At a distance of 14.1 light years, Van Maanen's Star in Pisces is the third closest white dwarf to the Sun, and the closest that is not a member of a binary system (Sirius B and Procyon B). This means its faint luminosity is not overwhelmed by a much brighter neighbor, and despite its 12.374 magnitude, it is therefore much easier to see.

Like all white dwarfs, Van Maanen's Star packs a lot of mass into a very tiny pace. With a diameter only slightly larger than the Earth's, it nevertheless has nearly two thirds of the sun's mass crammed into that tiny volume. It is believed that Van Maanen's Star began its life a little over 4 billion years ago as a main sequence star with approximately 2.6 solar masses. After a relatively brief time (less than a billion years), it swelled up into a red supergiant with a circumference roughly equivalent to Jupiter's orbit in our own Solar System, before collapsing upon itself into a white dwarf about 3 billion years ago.

Most intriguing is the star's abnormally high metallicity for a white dwarf. Astronomers speculate that perhaps a rocky, Earthlike companion to the star crashed onto its surface in the (astronomically) recent past, thus "polluting" its spectrum with the anomalous heavy elements.

Van Maanen's star is not too difficult to locate, but a real challenge to positively identify. For all you starhoppers out there, start by finding the 4.43 magnitude star Delta Piscium (Linteum), off of the southwest corner of the Great Square. Pass by two 6th magnitude stars to the immediate southeast of Delta Piscium, making a dogleg to the south-southwest to find the 5.75 magnitude star HD 4628, which sits squarely on the Ecliptic. About one-half full moon to the northwest of HD 4628 you'll see an anonymous 10th magnitude star, the brightest thing in the immediate vicinity. Van Maanen's Star lies due south of this last-mentioned beacon, about one-third of the distance between it and HD 4628.

For those of you with go-to, the coordinates for Van Maanan's Star are 
Right Ascension 00h 49m 09.90175and Declination +05° 23′ 19.0117″.

So if you haven't yet laid eyes on a white dwarf, this is your best chance for doing so! At the time of writing this, Van Maanen's star will be best situated for viewing any time after about 10 PM or so (9 PM after daylight saving time ends). I wouldn't attempt to see it with the Moon in the sky, however!

Saturday, October 21, 2017

Location, Location, Location...

NGC 752

I personally have spent many fruitless minutes (hours?) attempting to spot the inconceivably faint M33 from either Carrs Mill or Alpha Ridge, only to give up in frustration time and again. For every occasion on which I've successfully observed that most frustrating of objects through the eyepiece, there were at least a dozen failed attempts.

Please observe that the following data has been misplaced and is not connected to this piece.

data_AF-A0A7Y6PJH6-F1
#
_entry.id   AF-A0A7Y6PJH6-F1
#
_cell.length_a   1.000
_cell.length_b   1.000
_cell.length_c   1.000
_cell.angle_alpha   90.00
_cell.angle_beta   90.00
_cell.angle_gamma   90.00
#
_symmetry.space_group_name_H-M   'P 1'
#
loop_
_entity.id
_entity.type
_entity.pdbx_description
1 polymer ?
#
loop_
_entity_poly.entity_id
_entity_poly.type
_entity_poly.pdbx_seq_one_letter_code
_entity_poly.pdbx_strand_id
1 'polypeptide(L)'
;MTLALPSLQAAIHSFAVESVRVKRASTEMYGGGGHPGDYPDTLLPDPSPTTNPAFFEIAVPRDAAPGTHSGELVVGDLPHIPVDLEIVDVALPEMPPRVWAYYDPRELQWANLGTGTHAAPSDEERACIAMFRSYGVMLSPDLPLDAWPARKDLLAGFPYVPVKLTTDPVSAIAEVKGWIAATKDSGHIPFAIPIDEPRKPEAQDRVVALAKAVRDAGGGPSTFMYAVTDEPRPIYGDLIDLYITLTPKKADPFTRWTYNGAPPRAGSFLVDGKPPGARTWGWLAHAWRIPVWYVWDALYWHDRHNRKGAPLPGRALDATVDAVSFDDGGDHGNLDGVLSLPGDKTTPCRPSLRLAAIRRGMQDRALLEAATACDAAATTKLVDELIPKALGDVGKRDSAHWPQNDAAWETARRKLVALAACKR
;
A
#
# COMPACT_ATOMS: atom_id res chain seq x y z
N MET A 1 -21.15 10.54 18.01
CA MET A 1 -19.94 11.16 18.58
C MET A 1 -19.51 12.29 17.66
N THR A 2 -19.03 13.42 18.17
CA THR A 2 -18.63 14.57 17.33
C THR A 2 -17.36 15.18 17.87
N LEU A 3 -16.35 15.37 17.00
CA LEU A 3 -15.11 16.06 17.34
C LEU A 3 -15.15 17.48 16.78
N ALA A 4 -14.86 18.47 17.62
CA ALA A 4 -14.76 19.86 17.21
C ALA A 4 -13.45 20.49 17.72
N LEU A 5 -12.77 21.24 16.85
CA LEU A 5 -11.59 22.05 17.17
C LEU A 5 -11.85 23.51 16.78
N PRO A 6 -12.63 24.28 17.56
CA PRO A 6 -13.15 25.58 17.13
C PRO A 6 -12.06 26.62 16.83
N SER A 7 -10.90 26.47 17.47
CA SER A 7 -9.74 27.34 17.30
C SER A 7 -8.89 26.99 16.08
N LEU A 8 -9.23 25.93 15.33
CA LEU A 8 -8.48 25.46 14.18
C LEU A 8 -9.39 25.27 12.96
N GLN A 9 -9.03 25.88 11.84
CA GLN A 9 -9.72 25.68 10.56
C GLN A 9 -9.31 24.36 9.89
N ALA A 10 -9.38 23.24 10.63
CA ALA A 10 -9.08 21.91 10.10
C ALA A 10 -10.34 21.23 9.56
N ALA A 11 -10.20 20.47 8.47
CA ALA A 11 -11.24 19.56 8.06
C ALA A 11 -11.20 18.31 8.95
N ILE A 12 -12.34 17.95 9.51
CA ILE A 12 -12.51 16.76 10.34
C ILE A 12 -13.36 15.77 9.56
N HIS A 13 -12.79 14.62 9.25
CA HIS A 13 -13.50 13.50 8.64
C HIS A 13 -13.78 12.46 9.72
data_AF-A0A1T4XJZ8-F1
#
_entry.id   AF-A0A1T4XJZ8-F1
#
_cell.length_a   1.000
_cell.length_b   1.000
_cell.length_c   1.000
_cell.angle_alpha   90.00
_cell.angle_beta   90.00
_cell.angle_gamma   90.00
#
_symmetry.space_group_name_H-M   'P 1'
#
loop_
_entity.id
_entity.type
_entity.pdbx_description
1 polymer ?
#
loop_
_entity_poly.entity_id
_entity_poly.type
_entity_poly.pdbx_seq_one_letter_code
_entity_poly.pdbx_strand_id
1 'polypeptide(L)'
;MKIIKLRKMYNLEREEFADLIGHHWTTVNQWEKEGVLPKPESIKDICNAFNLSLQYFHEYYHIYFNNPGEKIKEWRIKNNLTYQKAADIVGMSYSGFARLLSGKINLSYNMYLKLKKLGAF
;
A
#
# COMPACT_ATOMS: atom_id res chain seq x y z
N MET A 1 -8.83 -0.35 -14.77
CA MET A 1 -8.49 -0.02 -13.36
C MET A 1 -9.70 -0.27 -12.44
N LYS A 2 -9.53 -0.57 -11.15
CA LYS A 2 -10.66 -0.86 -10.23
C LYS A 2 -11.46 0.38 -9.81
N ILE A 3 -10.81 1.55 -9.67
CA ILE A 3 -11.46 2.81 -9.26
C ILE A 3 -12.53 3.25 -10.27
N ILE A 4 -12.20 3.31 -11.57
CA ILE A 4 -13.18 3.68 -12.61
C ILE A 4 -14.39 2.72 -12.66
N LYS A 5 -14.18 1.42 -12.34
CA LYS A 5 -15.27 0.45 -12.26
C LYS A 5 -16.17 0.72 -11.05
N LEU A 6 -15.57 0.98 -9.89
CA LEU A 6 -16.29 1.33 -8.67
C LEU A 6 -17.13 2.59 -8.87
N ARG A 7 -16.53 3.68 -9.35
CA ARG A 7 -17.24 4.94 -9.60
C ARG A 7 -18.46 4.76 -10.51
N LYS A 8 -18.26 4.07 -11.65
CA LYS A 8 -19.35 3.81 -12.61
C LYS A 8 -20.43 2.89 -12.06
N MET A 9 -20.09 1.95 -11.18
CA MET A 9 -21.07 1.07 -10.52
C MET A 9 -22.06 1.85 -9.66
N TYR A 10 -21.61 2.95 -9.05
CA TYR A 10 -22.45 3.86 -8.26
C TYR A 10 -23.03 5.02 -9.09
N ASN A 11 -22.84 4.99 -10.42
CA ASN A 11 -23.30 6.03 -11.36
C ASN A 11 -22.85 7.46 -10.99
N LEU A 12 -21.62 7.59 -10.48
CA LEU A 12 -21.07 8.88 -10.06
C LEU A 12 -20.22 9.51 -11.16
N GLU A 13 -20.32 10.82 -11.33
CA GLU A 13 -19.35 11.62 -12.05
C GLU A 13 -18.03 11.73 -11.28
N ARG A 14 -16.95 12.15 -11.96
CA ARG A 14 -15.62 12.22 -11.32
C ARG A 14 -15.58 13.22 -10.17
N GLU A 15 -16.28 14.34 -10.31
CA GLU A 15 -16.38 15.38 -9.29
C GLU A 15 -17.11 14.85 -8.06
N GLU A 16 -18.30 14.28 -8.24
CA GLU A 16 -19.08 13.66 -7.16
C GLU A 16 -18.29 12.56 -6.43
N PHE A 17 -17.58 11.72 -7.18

There are two reasons behind this sad ratio. The first, as I have already mentioned, is M33's unforgiving low surface magnitude. Although its apparent magnitude is listed as a whopping 5.72, which would normally make something an easy naked eye object, M33 is so close to our Milky Way that it spans an area of the sky more than 2 full moons across, thus diffusing all that brightness to the point of invisibility. (As J.R.R. Tolkien would say, "Like too little butter spread over too much bread.") So even moderate light pollution (such as we have in suburban Maryland) washes it out altogether.

The second reason why M33 is so difficult to locate is the lack of any signposts along the way for diehard starhoppers like myself. There are no recognizable asterisms to leapfrog from, no relatively bright stars from which to anchor one's search. It's just there, somewhere between the three naked eye stars that make up the Triangulum constellation, and the lower leg of Andromeda.

NGC 752

But there is something in M33's vicinity which is not at all difficult to find, and is extremely rewarding to observe - NGC 752, a beautiful open cluster just off to the left of the elusive galaxy. Why does this jewel of the heavens not get more attention? I believe it is a matter of its unfortunate proximity to both M33 and to its other close neighbor, M31 - probably the most observed galaxy in the entire sky. Sometimes location is a Good Thing, such as when your house is close to work, or convenient to grocery stores and coffee shops. But it can also be a curse, as when you're standing in the shadow of something far more famous and sought after. Who has the time (or motivation) to swing your field of view just a skosh to the side to take in yet another anonymous open cluster?